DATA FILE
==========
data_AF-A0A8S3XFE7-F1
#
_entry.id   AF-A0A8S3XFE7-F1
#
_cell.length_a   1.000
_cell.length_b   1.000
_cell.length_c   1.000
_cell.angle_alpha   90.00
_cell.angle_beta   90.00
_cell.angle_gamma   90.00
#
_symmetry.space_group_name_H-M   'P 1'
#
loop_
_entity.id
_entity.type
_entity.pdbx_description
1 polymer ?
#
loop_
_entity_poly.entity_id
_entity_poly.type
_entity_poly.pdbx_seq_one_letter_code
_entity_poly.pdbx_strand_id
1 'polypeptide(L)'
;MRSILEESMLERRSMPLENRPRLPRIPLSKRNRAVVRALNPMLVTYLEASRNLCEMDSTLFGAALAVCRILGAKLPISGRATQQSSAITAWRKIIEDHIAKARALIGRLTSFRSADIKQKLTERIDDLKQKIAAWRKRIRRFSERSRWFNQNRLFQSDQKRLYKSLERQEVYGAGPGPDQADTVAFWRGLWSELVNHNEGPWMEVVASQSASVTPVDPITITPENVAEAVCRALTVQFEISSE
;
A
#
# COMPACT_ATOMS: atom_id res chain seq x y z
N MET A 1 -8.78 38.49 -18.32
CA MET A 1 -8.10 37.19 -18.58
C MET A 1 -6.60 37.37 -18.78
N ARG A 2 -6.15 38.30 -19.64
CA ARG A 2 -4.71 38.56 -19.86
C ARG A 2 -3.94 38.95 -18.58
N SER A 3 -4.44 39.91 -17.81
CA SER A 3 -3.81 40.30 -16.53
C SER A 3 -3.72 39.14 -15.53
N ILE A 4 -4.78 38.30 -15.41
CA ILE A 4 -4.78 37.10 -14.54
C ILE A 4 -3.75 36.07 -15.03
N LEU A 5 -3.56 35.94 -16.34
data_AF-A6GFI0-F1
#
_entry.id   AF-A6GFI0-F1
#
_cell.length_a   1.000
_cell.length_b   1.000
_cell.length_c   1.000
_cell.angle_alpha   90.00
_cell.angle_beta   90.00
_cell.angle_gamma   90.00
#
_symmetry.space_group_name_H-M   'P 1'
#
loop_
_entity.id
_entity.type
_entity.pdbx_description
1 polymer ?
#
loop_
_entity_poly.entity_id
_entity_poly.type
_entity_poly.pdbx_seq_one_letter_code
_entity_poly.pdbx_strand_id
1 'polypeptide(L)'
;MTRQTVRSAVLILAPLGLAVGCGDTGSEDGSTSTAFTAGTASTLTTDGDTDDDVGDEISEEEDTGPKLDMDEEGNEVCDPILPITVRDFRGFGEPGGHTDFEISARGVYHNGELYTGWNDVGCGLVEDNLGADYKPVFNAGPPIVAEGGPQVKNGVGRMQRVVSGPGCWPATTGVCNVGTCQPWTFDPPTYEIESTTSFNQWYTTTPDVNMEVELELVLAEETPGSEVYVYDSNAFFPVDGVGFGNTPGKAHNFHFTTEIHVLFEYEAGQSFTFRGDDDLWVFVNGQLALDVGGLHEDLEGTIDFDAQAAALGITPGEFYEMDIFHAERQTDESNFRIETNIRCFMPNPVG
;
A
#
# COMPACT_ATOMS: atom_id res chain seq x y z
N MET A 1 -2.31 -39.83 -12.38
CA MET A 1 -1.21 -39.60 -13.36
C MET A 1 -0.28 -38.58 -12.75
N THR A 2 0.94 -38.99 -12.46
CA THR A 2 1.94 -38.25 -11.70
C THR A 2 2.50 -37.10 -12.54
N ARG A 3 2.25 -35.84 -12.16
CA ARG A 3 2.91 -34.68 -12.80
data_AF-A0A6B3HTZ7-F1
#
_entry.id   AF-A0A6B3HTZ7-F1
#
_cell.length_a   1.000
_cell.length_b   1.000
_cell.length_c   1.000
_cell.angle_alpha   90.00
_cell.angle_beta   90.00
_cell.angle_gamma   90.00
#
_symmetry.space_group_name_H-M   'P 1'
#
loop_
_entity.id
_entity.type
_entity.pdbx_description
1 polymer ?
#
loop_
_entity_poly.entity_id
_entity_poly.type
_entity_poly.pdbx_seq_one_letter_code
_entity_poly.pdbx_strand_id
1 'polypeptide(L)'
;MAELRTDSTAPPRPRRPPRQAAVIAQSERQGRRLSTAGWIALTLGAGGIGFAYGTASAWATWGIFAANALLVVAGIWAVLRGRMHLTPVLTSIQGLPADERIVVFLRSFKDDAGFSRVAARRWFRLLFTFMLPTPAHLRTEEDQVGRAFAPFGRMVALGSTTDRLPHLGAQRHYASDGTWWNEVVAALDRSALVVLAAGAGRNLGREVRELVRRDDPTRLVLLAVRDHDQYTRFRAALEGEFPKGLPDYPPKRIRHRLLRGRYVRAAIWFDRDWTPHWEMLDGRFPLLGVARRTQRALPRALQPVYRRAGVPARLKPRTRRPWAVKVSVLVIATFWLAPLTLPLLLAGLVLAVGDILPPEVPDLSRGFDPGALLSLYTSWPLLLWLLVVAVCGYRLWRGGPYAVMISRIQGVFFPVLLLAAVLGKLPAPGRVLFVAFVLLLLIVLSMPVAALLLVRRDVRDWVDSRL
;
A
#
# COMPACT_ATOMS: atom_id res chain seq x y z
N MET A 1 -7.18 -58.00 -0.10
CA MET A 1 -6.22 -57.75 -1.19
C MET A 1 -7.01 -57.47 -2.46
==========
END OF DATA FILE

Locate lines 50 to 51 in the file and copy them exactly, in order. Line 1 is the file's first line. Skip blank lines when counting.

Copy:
_cell.length_c   1.000
_cell.angle_alpha   90.00